Google’s reveal of Gemini, an AI model built to close the gap between the search giant and OpenAI, made a great first impression. Strong benchmarks, a flashy video demo, and immediate availability (albeit for a cut-back version) signaled confidence.
But the positivity soured as AI engineers and enthusiasts picked through the details and found flaws. Gemini is an impressive entry that may eventually erode GPT-4’s dominance, but Google’s slippery messaging has left it playing defense.
“There’s more question than there are answers,” says Emma Matthies, lead AI engineer at a major North American retailer who was speaking for herself not her employer. “I did find there to be a discontinuity between the way [Google’s Gemini video demo] was shown and details that are actually in Google’s tech blog.”
Google’s troubled demo
Google’s Gemini demo drew criticism as AI developers noticed inconsistencies.Google
The demo in question is titled “Hands-on with Gemini,” and launched on YouTube alongside Gemini’s reveal. It’s fast-paced, friendly, fun, and packed with easy-to-understand visual examples. It also exaggerates how Gemini works.
A Google representative says the demo “shows real prompts and outputs from Gemini.” But the video’s editing leaves out some details. The exchange with Gemini occurred over text, not voice, and the visual problems the AI solved were input as images, not a live video feed. Google’s blog also describes prompts not shown in the demo. When Gemini was asked to identify a game of rock, paper, scissors based on hand gestures, it was given the hint “it’s a game.” The demo omits that hint.
And that’s just the start of Google’s problems. AI developers quickly realized Gemini’s capabilities were less revolutionary than they initially appeared.
“If you look at the capabilities of GPT-4 Vision, and you build the right interface for it, it’s similar to Gemini,” says Matthies. “I’ve done things like this as side projects, and there’s experiments on social media like this as well, such as the ‘David Attenborough is narrating my life’ video, which was extremely funny.”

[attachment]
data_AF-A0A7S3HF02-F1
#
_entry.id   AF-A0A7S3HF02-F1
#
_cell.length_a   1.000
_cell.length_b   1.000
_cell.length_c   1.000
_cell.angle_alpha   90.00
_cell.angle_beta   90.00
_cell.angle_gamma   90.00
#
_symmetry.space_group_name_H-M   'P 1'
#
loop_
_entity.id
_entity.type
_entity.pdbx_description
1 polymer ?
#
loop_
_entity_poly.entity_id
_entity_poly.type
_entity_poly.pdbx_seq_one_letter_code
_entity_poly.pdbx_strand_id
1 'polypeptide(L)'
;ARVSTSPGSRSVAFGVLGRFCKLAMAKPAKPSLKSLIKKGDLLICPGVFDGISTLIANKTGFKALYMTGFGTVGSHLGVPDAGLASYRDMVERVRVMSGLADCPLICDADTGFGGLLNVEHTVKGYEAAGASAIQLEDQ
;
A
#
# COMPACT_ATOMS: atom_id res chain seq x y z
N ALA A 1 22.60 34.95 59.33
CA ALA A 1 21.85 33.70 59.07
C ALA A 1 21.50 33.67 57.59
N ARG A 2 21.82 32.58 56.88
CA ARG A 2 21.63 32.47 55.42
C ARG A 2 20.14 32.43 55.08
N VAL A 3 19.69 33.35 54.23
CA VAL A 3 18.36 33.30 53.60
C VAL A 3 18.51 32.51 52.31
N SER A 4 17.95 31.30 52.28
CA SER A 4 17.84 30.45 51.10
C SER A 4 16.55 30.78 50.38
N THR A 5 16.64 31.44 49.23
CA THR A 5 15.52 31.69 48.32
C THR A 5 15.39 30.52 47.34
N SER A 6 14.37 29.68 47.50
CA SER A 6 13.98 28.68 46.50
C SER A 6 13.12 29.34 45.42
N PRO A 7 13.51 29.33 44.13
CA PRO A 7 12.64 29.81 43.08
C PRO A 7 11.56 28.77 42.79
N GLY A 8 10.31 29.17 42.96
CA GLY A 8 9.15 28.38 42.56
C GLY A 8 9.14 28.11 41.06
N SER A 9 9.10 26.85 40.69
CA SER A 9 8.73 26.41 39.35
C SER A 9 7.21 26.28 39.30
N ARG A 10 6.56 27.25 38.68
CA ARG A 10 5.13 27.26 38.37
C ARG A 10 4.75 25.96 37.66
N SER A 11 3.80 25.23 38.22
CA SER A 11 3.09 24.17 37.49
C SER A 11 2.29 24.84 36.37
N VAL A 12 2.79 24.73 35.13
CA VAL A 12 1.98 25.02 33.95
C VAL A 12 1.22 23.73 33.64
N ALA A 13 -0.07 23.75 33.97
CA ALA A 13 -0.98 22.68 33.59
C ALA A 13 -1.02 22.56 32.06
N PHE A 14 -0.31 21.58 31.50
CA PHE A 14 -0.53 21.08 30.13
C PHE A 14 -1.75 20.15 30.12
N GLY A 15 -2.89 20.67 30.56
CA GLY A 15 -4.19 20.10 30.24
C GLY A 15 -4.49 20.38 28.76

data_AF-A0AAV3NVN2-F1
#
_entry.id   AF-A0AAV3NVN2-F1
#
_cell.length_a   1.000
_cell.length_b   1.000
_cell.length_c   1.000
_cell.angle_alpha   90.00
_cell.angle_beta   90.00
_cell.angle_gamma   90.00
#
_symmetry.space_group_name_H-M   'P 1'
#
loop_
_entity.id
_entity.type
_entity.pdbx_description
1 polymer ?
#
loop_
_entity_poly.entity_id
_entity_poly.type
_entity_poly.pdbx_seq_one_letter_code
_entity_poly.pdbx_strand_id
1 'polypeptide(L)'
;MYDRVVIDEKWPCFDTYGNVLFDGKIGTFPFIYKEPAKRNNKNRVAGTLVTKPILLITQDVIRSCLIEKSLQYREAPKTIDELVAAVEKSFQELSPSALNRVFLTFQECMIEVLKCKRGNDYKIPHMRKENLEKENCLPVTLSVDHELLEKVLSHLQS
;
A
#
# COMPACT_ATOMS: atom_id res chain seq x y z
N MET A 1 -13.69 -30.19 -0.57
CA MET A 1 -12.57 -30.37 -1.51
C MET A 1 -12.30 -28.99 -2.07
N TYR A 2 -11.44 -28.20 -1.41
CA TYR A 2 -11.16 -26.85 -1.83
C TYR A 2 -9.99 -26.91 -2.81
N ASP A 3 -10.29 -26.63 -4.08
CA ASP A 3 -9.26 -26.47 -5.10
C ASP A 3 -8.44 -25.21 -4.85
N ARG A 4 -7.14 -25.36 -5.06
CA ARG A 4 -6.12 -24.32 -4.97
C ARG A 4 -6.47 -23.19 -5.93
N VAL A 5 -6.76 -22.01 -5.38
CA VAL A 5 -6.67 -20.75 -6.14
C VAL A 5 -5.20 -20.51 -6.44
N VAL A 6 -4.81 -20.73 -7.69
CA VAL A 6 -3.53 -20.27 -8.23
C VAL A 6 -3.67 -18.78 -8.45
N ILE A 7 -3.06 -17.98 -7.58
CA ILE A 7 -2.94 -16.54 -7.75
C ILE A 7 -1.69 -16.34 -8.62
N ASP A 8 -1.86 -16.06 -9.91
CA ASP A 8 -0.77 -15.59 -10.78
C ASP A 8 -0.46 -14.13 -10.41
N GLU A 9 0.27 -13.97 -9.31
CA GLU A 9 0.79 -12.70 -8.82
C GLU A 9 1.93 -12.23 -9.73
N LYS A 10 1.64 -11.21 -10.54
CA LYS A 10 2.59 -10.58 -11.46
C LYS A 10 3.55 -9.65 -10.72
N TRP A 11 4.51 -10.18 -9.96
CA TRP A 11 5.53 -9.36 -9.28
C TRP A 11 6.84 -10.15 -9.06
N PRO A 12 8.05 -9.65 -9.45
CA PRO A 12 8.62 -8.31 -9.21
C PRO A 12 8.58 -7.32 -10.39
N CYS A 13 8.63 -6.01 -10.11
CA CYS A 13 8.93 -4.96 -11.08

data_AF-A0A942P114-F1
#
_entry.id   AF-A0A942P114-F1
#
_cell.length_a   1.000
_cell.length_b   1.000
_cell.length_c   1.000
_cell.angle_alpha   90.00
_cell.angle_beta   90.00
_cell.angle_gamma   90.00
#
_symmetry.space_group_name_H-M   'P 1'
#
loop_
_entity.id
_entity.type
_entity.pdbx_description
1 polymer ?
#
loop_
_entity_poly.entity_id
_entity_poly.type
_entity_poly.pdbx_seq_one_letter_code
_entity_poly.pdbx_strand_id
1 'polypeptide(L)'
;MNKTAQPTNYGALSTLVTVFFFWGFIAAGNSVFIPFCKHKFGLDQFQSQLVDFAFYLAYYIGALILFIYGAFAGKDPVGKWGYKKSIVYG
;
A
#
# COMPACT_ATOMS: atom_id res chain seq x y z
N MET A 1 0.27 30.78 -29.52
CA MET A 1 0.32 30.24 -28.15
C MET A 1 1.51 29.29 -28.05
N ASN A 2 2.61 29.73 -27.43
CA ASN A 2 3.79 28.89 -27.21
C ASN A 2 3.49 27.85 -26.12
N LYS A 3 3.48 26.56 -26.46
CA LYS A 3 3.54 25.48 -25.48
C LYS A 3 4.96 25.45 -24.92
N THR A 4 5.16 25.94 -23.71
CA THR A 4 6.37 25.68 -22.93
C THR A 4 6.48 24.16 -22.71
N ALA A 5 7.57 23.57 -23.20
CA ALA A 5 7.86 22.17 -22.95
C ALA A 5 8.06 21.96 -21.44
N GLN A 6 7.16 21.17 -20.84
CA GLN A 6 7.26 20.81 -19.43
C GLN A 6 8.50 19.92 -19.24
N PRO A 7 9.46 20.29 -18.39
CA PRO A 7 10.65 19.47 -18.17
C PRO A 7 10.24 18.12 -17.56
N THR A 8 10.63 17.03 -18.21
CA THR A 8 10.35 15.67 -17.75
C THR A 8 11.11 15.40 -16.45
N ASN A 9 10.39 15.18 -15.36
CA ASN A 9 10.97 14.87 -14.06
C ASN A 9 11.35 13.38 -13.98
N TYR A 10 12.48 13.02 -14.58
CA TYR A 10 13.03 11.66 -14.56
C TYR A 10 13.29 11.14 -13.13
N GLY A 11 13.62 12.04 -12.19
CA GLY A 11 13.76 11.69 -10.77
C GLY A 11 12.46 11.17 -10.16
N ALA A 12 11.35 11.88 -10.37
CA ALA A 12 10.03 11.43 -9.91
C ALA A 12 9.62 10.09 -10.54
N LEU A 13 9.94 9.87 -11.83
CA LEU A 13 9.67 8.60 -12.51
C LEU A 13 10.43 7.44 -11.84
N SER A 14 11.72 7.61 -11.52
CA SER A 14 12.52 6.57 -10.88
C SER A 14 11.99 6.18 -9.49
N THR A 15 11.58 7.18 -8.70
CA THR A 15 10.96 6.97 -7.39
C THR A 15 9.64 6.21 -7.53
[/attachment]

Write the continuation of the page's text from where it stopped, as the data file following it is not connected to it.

GPT-4 Vision can interpret images in ways similar to Google’s Gemini demo.Replicate
On 11 December, just five days after Gemini’s reveal, an AI developer named Greg Sadetsky produced a rough recreation of the Gemini demo with GPT-4 Vision. He followed up with a head-to-head comparison between Gemini and GPT-4 Vision, which didn’t go Google’s way.
Google is taking flack for its benchmark data, too. Gemini Ultra, the largest of three models in the family, claims to beat GPT-4 in a variety of benchmarks. This is broadly true, but the quoted figures are selected to paint Gemini in the best light.
Google used different methodologies from others for measuring performance. The way a user prompts an AI model can influence its performance, and results are only comparable when the same prompt strategy is used.
GPT-4’s performance on a benchmark called massive multitask language understanding (MMLU) was measured using what’s called few shot prompting. Asking a question without context is called a “zero-shot” prompt, while providing a few examples is a “few-shot” prompt.
Another method walks the AI model through the reasoning necessary to find an answer. Google’s Gemini was measured using such a chain-of-reasoning method, notes Richard Davies, Lead Artificial Intelligence Engineer at Guildhawk. “It’s not a fair comparison.”
Google’s paper on Gemini offers a range of comparisons, but its marketing compares different strategies to make its results look better. It also focuses entirely on Gemini Ultra, which isn’t yet available to the public. Gemini Pro, the only version currently available, delivers less impressive results.
Gemini impresses despite fumbled messaging
The problems with Gemini’s presentation cast a shadow over its announcement. Peer past the insincere marketing, though, and Gemini remains an impressive feat.
Gemini is multimodal, which means it can reason across text, images, audio, code, and other forms of media. This isn’t unique to Gemini, but most multimodal models are not publicly available, difficult to use, or focused on a precise task. That’s left OpenAI’s GPT-4 to dominate the space.
“At the very least, I am looking forward to there being a strong alternative and close competitor to GPT-4 and the new GPT-4 vision model. Because currently, there just isn’t anything in the same class,” says Matthies.
Gemini Ultra’s impressive benchmark results show a small yet significant edge over GPT-4.Google
Davies, meanwhile, is intrigued by Gemini’s benchmark performance which, despite cherry-picking, shows a significant improvement in several like-for-like scenarios.
“It’s about a four percent improvement [in MMLU] from GPT-4’s 86.4 percent to Gemini’s 90 percent. But in terms of how much actual error is reduced, it’s reduced by more than 20 percent… that’s quite a lot,” says Davies. Even small reductions in error have a big impact when models receive millions of requests per day.
Gemini’s fate remains to be determined, and it hinges on two unknowns: Gemini Ultra’s release date and OpenAI’s GPT-5. While users can try Gemini Pro right now, its bigger sibling won’t release until sometime in 2024. The rapid pace of AI development makes it hard to say how Ultra will fair once it arrives, and gives OpenAI ample time to respond with a new model or a moderately improved version of GPT-4.